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Wednesday, November 18, 2015, 22:48

Two dead in Paris manhunt

By Agencies

Two dead in Paris manhunt

SAINT-DENIS, France - Amid gunfire and explosions, police raided a suburban Paris apartment where they believed the suspected mastermind of last week's attacks was holed up. The siege ended Wednesday with two deaths and seven arrests but no clear information on the fugitive's fate.

The dead were a woman who blew herself up with an explosive vest and a man hit by projectiles and grenades, the Paris prosecutor said at the end of the seven-hour siege in the Paris suburb of Saint-Denis.

Prosecutor Francois Molins said the raid was launched after information from tapped telephone conversations, surveillance and witness accounts indicated that the suspected planner of the attacks, Abdelhamid Abaaoud, might be in a safe house in the district.

Authorities could not immediately confirm whether Abaaoud, a Belgian Islamic State militant, was killed or arrested Wednesday morning.

Investigators have identified 27-year-old Abaaoud, a Belgian of Moroccan descent, as the chief architect of Friday's attacks in Paris, which killed 129 people and injured 350 others.

Speaking at the scene of Wednesday's raid, Molins said the operation began with a pre-dawn shootout and resulted in the capture of three people inside the apartment, the death of a woman who set off an explosive charge, and the death of "another terrorist ... who was hit by projectiles and grenades."

He said two people were detained while trying to hide in the rubble, and two others were also arrested, including the man who had provided the apartment and one of his acquaintances. Police at the scene were seen escorting away one man who was naked from the waist down, and another wrapped in a gold emergency blanket.

Molins and Interior Minister Bernard Cazeneuve did not specify whether any suspects might still be at large.

A police official not authorized to be publicly named because of police rules said four police officers were injured.

French President Francois Hollande praised the bravery of the security services and said that France was "at war."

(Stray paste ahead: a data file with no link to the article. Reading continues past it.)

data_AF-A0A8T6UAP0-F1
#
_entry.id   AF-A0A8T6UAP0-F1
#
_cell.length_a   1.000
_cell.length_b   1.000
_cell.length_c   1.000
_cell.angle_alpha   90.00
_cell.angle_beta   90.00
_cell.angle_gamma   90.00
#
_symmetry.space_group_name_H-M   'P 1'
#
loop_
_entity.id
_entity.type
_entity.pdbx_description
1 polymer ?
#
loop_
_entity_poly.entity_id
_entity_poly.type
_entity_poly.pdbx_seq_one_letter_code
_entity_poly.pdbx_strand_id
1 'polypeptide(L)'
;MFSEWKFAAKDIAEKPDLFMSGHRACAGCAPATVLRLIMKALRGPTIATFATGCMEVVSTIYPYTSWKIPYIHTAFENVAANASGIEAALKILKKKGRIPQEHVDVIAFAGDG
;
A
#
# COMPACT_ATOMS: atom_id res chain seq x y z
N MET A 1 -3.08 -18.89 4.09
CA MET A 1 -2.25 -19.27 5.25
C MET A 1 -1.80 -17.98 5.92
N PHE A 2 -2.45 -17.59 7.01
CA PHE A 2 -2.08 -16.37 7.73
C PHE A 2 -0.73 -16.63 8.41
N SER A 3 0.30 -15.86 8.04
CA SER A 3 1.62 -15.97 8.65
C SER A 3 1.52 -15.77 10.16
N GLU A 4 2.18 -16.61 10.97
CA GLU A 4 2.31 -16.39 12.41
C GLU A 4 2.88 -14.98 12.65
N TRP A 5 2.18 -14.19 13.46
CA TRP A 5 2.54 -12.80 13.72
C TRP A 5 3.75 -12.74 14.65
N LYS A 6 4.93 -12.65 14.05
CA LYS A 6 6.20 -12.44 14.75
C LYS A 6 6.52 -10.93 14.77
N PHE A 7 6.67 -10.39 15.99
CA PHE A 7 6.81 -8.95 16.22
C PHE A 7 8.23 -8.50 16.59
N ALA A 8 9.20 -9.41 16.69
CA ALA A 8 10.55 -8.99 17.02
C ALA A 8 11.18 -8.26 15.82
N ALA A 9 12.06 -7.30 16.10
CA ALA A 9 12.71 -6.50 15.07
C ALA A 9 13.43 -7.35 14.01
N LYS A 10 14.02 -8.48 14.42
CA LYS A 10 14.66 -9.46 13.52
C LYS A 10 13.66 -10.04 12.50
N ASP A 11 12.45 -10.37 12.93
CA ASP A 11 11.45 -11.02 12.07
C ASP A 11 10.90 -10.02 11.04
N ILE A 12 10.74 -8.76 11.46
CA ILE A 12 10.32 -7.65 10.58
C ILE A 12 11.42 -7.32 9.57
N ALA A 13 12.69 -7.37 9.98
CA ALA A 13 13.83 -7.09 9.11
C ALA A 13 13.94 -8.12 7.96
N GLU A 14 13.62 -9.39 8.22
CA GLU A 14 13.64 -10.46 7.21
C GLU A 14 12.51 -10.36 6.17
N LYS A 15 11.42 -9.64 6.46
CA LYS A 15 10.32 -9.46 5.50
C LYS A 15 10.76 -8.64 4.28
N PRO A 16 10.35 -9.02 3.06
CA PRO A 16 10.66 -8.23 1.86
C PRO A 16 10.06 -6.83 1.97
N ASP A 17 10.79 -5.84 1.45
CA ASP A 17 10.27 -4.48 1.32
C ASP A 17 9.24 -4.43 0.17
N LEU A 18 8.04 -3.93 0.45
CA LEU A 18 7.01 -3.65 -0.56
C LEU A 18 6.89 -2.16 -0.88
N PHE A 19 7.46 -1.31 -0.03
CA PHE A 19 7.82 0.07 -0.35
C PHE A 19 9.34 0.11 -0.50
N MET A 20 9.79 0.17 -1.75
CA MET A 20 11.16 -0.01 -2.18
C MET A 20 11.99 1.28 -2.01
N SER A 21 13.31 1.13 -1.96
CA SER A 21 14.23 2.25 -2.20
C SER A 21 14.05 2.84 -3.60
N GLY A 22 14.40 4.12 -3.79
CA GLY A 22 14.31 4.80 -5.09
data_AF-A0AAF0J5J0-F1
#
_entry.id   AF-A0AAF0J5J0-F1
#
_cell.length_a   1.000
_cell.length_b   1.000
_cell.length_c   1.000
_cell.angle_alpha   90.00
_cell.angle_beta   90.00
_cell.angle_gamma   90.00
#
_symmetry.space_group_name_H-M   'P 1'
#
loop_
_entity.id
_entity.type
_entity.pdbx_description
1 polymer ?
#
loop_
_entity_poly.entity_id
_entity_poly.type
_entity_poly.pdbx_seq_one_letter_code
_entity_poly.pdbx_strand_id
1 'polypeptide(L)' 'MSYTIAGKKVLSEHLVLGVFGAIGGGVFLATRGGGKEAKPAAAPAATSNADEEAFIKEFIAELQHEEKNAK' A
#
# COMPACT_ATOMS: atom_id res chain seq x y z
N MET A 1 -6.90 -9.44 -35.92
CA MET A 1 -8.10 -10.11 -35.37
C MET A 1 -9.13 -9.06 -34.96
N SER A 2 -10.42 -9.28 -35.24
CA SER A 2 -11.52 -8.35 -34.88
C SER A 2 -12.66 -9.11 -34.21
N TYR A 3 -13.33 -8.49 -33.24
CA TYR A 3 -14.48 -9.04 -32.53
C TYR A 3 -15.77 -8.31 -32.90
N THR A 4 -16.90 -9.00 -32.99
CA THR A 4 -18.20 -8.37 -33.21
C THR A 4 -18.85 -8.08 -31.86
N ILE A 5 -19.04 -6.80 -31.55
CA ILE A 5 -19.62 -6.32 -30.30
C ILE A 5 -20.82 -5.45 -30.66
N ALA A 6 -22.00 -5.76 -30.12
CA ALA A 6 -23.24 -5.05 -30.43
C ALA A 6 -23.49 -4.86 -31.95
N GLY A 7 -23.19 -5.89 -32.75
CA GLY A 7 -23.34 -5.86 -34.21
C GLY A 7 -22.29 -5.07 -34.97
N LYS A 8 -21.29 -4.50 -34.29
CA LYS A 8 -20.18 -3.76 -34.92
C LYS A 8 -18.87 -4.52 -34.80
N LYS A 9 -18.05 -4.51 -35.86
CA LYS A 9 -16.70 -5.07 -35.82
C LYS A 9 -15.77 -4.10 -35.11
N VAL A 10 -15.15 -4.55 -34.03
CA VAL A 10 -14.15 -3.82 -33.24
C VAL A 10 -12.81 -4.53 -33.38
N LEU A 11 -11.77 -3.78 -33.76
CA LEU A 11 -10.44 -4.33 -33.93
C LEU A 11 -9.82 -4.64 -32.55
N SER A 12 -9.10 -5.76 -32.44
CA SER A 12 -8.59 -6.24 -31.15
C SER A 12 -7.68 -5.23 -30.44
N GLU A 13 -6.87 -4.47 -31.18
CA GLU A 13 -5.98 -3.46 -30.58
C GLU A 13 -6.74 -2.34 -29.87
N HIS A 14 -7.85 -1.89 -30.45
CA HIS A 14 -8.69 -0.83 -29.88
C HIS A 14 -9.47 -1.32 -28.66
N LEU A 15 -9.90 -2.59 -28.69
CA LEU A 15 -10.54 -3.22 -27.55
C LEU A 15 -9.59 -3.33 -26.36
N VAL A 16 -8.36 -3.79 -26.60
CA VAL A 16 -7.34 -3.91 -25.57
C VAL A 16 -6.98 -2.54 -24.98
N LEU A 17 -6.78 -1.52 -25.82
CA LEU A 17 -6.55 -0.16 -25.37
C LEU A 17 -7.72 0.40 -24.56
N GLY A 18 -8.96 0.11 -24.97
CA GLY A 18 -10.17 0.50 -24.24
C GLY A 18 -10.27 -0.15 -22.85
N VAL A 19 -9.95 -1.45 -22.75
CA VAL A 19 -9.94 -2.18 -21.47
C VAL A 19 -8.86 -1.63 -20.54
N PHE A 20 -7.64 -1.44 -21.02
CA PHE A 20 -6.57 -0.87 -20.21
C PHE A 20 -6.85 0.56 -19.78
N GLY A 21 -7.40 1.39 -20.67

Residents said an explosion shook the neighborhood at about 4 am local time (0300GMT).

Sporadic bangs and explosions continued, and at 7:30 am local time (0630GMT) at least seven explosions shook the center of Saint-Denis. Associated Press reporters at the scene could hear what sounded like grenade blasts from the direction of the standoff.

Two dead in Paris manhunt
Police operation in Saint-Denis, near Paris on Nov 18, 2015, five days after Paris terror attacks. (Photo / AFP)

In Saint-Denis on Wednesday, police cordoned off the area nearby, including a pedestrian zone lined with shops and 19th-century apartment buildings. Riot police cleared people from the streets, pointing guns at curious residents to move them off the roads.

Saint-Denis Mayor Didier Paillard said public transport was suspended and that schools in the center of town would not open Wednesday.

Seven attackers died in Friday's attacks, which targeted several bars and restaurants and the Bataclan concert hall, as well as the national stadium. The Islamic State group has claimed responsibility for the carnage.

Police have identified one subject of their manhunt as Salah Abdeslam, whom French police accidentally permitted to cross into Belgium on Saturday. One of his brothers, Brahim, blew himself up in Paris.

Meanwhile, French fighter jets attacked Islamic State targets in Syria for a third night. The French defense ministry said 10 jets had hit two Islamic State command centers in the militants' base of Raqqa, Syria.

The Paris attacks have galvanized international determination to confront the Islamic State group in Syria and Iraq, bringing France, Russia and the United States closer to an alliance.

Russian President Vladimir Putin ordered the missile cruiser Moskva, currently in the Mediterranean, to start cooperating with the French military on operations in Syria.

Meanwhile, US Secretary of State John Kerry said a cease-fire between Syria's government and the opposition could be just weeks away. He described it as potentially a "gigantic step" toward deeper international cooperation against IS.

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